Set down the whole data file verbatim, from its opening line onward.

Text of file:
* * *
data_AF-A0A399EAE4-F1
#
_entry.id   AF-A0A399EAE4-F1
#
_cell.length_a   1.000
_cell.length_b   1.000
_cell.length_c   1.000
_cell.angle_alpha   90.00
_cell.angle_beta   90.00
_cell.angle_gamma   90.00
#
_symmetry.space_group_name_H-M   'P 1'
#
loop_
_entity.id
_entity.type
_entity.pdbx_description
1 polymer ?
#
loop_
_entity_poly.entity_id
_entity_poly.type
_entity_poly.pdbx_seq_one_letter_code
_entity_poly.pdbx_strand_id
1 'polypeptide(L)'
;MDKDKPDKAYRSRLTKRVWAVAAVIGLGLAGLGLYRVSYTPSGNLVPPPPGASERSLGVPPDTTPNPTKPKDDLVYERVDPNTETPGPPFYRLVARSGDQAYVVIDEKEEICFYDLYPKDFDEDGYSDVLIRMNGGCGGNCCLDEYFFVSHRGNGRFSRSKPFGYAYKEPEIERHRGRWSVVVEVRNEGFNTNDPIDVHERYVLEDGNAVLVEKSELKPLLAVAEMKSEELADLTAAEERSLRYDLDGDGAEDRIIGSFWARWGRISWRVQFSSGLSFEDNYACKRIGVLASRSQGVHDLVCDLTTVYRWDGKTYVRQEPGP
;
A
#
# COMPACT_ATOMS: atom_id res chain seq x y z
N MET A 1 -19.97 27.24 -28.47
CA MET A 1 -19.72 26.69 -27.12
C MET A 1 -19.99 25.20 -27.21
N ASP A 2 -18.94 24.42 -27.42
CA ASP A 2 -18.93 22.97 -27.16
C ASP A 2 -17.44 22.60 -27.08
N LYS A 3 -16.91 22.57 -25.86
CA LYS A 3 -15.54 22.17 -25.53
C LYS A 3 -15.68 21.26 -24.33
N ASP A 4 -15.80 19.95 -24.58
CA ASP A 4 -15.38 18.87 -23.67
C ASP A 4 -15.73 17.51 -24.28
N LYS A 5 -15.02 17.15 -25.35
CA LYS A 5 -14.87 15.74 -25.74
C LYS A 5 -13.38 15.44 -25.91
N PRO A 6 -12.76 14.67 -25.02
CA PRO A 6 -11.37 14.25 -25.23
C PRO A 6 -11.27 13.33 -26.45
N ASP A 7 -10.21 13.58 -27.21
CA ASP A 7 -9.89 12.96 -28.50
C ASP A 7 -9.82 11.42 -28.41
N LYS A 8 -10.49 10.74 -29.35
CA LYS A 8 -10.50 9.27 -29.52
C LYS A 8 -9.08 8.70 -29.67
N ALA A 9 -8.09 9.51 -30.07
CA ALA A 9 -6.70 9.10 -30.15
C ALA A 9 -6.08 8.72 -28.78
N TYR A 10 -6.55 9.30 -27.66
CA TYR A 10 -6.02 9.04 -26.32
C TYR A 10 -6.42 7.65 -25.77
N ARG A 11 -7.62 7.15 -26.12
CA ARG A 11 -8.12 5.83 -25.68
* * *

data_AF-A0A399EAE4-F1
#
_entry.id   AF-A0A399EAE4-F1
#
_cell.length_a   1.000
_cell.length_b   1.000
_cell.length_c   1.000
_cell.angle_alpha   90.00
_cell.angle_beta   90.00
_cell.angle_gamma   90.00
#
_symmetry.space_group_name_H-M   'P 1'
#
loop_
_entity.id
_entity.type
_entity.pdbx_description
1 polymer ?
#
loop_
_entity_poly.entity_id
_entity_poly.type
_entity_poly.pdbx_seq_one_letter_code
_entity_poly.pdbx_strand_id
1 'polypeptide(L)'
;MDKDKPDKAYRSRLTKRVWAVAAVIGLGLAGLGLYRVSYTPSGNLVPPPPGASERSLGVPPDTTPNPTKPKDDLVYERVDPNTETPGPPFYRLVARSGDQAYVVIDEKEEICFYDLYPKDFDEDGYSDVLIRMNGGCGGNCCLDEYFFVSHRGNGRFSRSKPFGYAYKEPEIERHRGRWSVVVEVRNEGFNTNDPIDVHERYVLEDGNAVLVEKSELKPLLAVAEMKSEELADLTAAEERSLRYDLDGDGAEDRIIGSFWARWGRISWRVQFSSGLSFEDNYACKRIGVLASRSQGVHDLVCDLTTVYRWDGKTYVRQEPGP
;
A
#
# COMPACT_ATOMS: atom_id res chain seq x y z
N MET A 1 -19.97 27.24 -28.47
CA MET A 1 -19.72 26.69 -27.12
C MET A 1 -19.99 25.20 -27.21
N ASP A 2 -18.94 24.42 -27.42
CA ASP A 2 -18.93 22.97 -27.16
C ASP A 2 -17.44 22.60 -27.08
N LYS A 3 -16.91 22.57 -25.86
CA LYS A 3 -15.54 22.17 -25.53
C LYS A 3 -15.68 21.26 -24.33
N ASP A 4 -15.80 19.95 -24.58
CA ASP A 4 -15.38 18.87 -23.67
C ASP A 4 -15.73 17.51 -24.28
N LYS A 5 -15.02 17.15 -25.35
CA LYS A 5 -14.87 15.74 -25.74
C LYS A 5 -13.38 15.44 -25.91
N PRO A 6 -12.76 14.67 -25.02
CA PRO A 6 -11.37 14.25 -25.23
C PRO A 6 -11.27 13.33 -26.45
N ASP A 7 -10.21 13.58 -27.21
CA ASP A 7 -9.89 12.96 -28.50
C ASP A 7 -9.82 11.42 -28.41
N LYS A 8 -10.49 10.74 -29.35
CA LYS A 8 -10.50 9.27 -29.52
C LYS A 8 -9.08 8.70 -29.67
N ALA A 9 -8.09 9.51 -30.07
CA ALA A 9 -6.70 9.10 -30.15
C ALA A 9 -6.08 8.72 -28.78
N TYR A 10 -6.55 9.30 -27.66
CA TYR A 10 -6.02 9.04 -26.32
C TYR A 10 -6.42 7.65 -25.77
N ARG A 11 -7.62 7.15 -26.12
CA ARG A 11 -8.12 5.83 -25.68